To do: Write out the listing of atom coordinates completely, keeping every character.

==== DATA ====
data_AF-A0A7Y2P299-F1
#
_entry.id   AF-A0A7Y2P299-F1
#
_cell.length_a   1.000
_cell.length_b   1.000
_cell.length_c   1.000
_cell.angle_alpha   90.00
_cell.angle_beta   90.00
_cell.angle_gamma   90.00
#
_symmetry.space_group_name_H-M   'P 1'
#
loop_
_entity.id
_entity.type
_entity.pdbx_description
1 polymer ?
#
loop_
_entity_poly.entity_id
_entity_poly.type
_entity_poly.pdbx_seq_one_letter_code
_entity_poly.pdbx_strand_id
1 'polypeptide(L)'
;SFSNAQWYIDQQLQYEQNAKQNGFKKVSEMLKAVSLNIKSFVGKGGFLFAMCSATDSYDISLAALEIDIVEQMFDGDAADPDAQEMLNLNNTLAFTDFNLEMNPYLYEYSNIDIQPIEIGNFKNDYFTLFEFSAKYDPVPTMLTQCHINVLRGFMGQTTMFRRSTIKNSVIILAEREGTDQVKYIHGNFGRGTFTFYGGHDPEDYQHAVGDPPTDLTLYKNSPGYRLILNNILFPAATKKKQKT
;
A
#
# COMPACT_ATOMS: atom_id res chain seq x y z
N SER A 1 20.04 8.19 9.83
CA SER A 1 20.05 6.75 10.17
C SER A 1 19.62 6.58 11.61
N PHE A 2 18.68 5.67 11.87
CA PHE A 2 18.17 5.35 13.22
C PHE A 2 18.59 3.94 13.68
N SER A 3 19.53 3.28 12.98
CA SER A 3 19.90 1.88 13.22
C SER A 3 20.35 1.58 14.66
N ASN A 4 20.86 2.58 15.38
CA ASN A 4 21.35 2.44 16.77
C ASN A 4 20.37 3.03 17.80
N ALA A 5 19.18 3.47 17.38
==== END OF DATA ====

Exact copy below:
data_AF-A0A7Y2P299-F1
#
_entry.id   AF-A0A7Y2P299-F1
#
_cell.length_a   1.000
_cell.length_b   1.000
_cell.length_c   1.000
_cell.angle_alpha   90.00
_cell.angle_beta   90.00
_cell.angle_gamma   90.00
#
_symmetry.space_group_name_H-M   'P 1'
#
loop_
_entity.id
_entity.type
_entity.pdbx_description
1 polymer ?
#
loop_
_entity_poly.entity_id
_entity_poly.type
_entity_poly.pdbx_seq_one_letter_code
_entity_poly.pdbx_strand_id
1 'polypeptide(L)'
;SFSNAQWYIDQQLQYEQNAKQNGFKKVSEMLKAVSLNIKSFVGKGGFLFAMCSATDSYDISLAALEIDIVEQMFDGDAADPDAQEMLNLNNTLAFTDFNLEMNPYLYEYSNIDIQPIEIGNFKNDYFTLFEFSAKYDPVPTMLTQCHINVLRGFMGQTTMFRRSTIKNSVIILAEREGTDQVKYIHGNFGRGTFTFYGGHDPEDYQHAVGDPPTDLTLYKNSPGYRLILNNILFPAATKKKQKT
;
A
#
# COMPACT_ATOMS: atom_id res chain seq x y z
N SER A 1 20.04 8.19 9.83
CA SER A 1 20.05 6.75 10.17
C SER A 1 19.62 6.58 11.61
N PHE A 2 18.68 5.67 11.87
CA PHE A 2 18.17 5.35 13.22
C PHE A 2 18.59 3.94 13.68
N SER A 3 19.53 3.28 12.98
CA SER A 3 19.90 1.88 13.22
C SER A 3 20.35 1.58 14.66
N ASN A 4 20.86 2.58 15.38
CA ASN A 4 21.35 2.44 16.77
C ASN A 4 20.37 3.03 17.80
N ALA A 5 19.18 3.47 17.38